Apple has already drummed up some great beta reviews for HealthKit, but not all doctors are on board. Specifically, Dr. Dushan Gunasekera and Dr. Rakesh Kapila are speaking out about potential risks and dangers HealthKit might bring on-board. Kapila is a private doctor in London at the South Kensington GP Clinic and Dr. Gunasekera is now a financial advisor but previously graduated from St. Bartholomew's Hospital. He currently has his own practice at myHealthCare Clinic in London.
Doctors in all practices are raising concerns about HealthKit. It's the generalization and accuracy (or alleged lack thereof) that's most concerning. Gunasekera says, "One thing that is a problem is the purported accuracy of the data. Whilst having this data could be of use, a doctor is unable to guarantee that whichever blood pressure monitor, glucose monitor or fitness tracker a patient is using will be accurate. Because of this, it's unlikely that we'll ever be at a point where a doctor will take a look at your phone and be able to give you a diagnosis."
Self-diagnosing on steroids
Much like patients who head to online self-diagnosing websites instead of seeing an actual doctor, this can lead to wrong diagnoses, a lack of preventative care, feeding hypochondria, and encouraging patients to wait out symptoms that might need immediate treatment. Dr. Kapila says, "The app needs to be programmable in an individual way specific for the patient with individual limits set." He gives an example of a professional athlete who might have a freakishly low resting heart rate, which the app may not recognize as normal for this person, but an actual doctor would of course recognize why there's a disparity. Without being able to consider a person's complete condition, diagnosing is impossible.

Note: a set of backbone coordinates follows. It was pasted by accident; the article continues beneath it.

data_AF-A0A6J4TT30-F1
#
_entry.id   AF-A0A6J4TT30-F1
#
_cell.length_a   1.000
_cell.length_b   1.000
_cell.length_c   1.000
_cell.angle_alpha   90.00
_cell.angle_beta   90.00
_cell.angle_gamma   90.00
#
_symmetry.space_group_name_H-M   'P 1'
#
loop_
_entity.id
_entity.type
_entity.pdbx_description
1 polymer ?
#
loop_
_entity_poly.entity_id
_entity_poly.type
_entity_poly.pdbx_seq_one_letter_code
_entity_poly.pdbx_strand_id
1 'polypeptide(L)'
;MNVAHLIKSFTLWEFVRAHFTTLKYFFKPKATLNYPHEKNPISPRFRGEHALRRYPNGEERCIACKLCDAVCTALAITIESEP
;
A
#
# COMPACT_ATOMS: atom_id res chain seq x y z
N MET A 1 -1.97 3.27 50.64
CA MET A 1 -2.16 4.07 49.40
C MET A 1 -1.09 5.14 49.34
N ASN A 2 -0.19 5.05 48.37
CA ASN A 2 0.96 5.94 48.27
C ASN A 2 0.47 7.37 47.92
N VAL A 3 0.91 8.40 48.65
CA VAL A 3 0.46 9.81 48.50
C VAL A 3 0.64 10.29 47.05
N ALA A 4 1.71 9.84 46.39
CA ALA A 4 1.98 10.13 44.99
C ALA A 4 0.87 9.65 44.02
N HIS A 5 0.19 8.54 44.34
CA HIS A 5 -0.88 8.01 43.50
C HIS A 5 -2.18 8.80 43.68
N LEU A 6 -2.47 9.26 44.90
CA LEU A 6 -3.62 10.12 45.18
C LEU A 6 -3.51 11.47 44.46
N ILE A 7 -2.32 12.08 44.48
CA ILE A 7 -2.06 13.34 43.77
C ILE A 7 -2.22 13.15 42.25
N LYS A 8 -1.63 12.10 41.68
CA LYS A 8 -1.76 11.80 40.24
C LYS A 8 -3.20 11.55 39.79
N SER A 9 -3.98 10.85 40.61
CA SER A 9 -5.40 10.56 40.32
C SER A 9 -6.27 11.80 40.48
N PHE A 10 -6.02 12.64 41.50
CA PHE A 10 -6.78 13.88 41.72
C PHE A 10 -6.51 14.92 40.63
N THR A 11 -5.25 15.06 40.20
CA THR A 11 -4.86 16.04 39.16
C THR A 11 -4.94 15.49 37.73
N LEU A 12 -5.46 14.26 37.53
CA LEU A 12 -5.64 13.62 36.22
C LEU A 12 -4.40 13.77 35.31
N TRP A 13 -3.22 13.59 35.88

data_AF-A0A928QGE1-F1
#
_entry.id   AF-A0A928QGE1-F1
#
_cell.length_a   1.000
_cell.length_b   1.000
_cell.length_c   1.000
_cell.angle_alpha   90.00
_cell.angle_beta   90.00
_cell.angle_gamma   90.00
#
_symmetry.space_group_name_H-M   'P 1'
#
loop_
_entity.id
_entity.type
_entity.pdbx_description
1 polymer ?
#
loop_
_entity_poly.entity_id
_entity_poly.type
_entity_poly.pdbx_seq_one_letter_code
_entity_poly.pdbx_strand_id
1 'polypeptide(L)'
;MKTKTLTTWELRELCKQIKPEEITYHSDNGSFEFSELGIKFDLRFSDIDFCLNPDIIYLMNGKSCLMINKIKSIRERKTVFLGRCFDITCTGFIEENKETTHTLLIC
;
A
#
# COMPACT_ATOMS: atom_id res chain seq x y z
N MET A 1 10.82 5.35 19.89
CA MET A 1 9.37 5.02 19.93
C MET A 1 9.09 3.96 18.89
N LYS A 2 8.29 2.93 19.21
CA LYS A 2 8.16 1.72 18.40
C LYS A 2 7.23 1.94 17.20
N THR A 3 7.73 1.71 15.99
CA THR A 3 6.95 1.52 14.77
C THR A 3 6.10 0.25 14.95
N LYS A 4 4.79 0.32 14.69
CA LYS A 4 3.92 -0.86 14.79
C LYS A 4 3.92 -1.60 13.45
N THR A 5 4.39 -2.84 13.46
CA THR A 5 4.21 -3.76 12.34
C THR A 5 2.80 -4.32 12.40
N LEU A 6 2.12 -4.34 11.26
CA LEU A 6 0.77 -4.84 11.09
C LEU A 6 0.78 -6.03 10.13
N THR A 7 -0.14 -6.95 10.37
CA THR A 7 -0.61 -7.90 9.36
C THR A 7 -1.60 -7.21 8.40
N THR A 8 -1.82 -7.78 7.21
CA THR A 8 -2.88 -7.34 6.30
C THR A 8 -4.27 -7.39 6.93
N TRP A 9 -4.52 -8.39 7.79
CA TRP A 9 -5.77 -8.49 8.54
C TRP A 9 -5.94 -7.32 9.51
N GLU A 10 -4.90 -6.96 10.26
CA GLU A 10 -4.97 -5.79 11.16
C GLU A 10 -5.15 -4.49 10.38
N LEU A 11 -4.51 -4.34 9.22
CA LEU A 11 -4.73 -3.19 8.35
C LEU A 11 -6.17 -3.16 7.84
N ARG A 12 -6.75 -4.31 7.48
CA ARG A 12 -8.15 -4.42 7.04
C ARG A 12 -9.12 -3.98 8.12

Dr. Gunasakera says, "Apple Health will almost certainly affect the mentality of patients, however whether it will make them more paranoid or more aware is less clear." He notes that some patients will likely get paranoid or stressed when their figures don't "add up" as they'd like, and whether or not data is being analyzed correctly can't be guaranteed. Plus, add in the fact that many people avoid going to the doctor for fear of cost or general discomfort, and HealthKit might provide a reason for patients to see their doctors even less.
Feeding the ego
According to Dr. Gunasakera, "Those people that do focus on their health often do think they are healthier than they actually are. The mere act of inputting information about oneself into a tracker is psychologically very reassuring." Doctors are also concerned about privacy and data protection with HealthKit. Even though medical records are becoming increasingly electronic, the ownership of the data isn't clear.
However, even with these concerns, many doctors also see great potential benefits of Apple's latest offering, which will be available this autumn. In particular, diabetes management has received glowing reviews from the medical community. "There are tiny monitors that can be implanted under the skin that can track blood glucose that could then be tracked using something like Apple HealthKit," says Gunasekera. This could completely make the ordeal of pin prick checks moot. Phones could then alert patients when blood sugar levels go out of range, leading to a better lifestyle for diabetics.
Since diabetes is the fastest growing chronic disease in the U.S., this could potentially benefit millions of Americans. Another potential benefit of HealthKit is for pregnant women who could use constant monitoring of heart rates, eating habits, and other check-ins throughout their pregnancy. Sleep apnea, COPD, and asthma patients are also prime patients who may benefit from HealthKit. As the launch date nears, doctors remain wary but hopeful.